Spring 2009, Volume 6

Fiction by Richard Short

There Was a Whole Lot of Shaking Going On

Back in the 1940s, I lived way out in the backwoods of Northern Minnesota.  Our neighbors were country farmers and lumberjacks.  When I started high school there was a bus that came around to pick the kids up and take us to town.

The driver of that bus was a middle-aged man named Abner.  Now Abner had a physical condition, some kind of acute palsy.  St. Vitis Dance we called it.  But this did not stop him from driving the bus.  No sir!  He had a perfect spotless history and no accidents or tickets on record in twenty years of bus driving.  

He could barely walk because he shook so badly.  His hands on the steering wheel would twitch and pulsate, but the bus he drove traveled straight and true down the road.

Those backwoods gravel roads where we lived would develop a condition called washboard.  They took an exceptional beating in the wintertime when the ground would freeze and the logging trucks with their huge loads would rumble over them. 

Those roads got so rough and the shaking so relentless, parts would vibrate loose from cars and springs would break.  It was not unusual to see broken down vehicles abandoned by the side of the road.

On school days we waited for the bus and Abner never failed to pick us up.  As the bus pulled away and began to pick up speed it would start to shake.  We would bounce up and down and if we relaxed our face muscles for only a moment our teeth would clatter like castanets.

Abner was already shaking.  The washboard road only intensified this effect.  As he shifted up through the gears he began to vibrate more and more violently until it got to the point where the combination of the bus’s vibrations and Abner’s pulsations caused him to become nothing but a blur.  He would completely disappear.  Anyone standing outside the bus looking at it would see a bus driving down the road with no driver.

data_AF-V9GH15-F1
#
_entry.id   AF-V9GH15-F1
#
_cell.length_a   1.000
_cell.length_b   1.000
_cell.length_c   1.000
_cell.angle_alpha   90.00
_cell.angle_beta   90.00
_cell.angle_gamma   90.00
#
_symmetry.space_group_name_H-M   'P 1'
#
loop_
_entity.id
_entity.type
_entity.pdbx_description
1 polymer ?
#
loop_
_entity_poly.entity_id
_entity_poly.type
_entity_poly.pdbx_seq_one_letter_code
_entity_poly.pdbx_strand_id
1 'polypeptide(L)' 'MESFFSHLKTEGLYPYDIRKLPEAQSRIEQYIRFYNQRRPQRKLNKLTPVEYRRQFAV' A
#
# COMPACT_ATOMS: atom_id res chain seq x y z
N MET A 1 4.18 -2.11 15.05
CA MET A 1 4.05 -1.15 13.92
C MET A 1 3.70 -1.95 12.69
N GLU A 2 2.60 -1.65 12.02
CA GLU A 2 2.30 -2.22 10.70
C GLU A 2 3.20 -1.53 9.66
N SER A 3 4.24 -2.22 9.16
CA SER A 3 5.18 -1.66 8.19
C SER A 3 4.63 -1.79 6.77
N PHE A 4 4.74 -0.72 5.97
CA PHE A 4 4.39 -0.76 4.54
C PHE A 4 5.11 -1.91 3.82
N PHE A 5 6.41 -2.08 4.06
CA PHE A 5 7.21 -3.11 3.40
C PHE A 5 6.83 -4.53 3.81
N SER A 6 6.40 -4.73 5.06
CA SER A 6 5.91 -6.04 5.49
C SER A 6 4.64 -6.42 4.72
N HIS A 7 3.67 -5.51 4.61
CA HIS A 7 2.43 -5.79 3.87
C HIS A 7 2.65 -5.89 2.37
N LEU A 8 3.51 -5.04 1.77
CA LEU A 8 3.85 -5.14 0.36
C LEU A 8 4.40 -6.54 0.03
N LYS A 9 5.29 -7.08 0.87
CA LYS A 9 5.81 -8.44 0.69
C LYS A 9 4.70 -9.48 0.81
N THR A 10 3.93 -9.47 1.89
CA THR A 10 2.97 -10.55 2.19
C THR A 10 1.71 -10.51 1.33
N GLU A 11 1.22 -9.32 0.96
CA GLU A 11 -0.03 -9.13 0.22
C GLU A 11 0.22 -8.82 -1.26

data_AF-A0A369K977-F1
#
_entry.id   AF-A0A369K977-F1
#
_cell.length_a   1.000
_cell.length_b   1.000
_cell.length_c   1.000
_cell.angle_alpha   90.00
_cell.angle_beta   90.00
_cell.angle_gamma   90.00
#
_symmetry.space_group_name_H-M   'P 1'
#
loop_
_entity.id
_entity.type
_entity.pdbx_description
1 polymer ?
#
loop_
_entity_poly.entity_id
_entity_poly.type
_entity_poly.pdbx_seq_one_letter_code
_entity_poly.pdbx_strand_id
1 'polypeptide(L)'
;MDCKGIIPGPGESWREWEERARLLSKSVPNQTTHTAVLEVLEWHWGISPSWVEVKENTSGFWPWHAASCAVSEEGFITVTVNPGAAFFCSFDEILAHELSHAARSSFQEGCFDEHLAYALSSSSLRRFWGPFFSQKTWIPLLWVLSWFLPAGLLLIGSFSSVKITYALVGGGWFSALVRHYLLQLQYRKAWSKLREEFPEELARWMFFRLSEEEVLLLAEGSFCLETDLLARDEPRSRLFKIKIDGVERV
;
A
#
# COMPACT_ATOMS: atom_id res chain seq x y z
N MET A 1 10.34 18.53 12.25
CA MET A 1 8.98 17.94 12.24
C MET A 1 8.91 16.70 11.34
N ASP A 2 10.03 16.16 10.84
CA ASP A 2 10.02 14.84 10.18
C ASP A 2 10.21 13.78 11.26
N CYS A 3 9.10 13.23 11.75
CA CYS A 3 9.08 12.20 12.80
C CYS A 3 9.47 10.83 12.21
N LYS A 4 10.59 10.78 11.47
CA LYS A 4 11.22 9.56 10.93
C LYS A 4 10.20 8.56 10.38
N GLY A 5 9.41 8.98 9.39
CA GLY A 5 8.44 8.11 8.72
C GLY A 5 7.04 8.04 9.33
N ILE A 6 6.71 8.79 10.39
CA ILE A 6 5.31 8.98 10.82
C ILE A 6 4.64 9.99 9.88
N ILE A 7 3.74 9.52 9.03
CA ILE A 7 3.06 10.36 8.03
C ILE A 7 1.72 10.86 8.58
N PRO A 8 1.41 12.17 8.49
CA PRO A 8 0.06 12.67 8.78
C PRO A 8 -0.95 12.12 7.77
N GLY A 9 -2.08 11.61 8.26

This phenomenon lasted only a short time because as the bus continued to pick up speed, at about forty-two miles per hour I think it was, the frequency of their vibrations would synchronize and somehow get on the same wavelength.  Abner would “plane out” and reappear- as if by magic and continue driving, confidently and steadily to the end of the line. 

BIO:  Richard Short was born in the backwoods of Northern Minnesota in 1930. To supplement the family's meager income, some of the jobs he worked at were: lumberjack, farmer, beaver-dam buster, weasel trapper, skunkskinner, deer poacher, log roller, and bounty hunter. He was drafted into the U.S. Army in 1951 and served in a tank battalion in Japan. After his discharge he came west to seek his fortune. One of the positions he held was Talent Coordinator at Mustang Molly's Bunny Ranch on the outskirts of a small town in Nevada. He finally settled in California, and for a brief time he was Entertainment Director at Forest Lawn. He was married 45 years and has three children, seven grandchildren, and four great-grand children.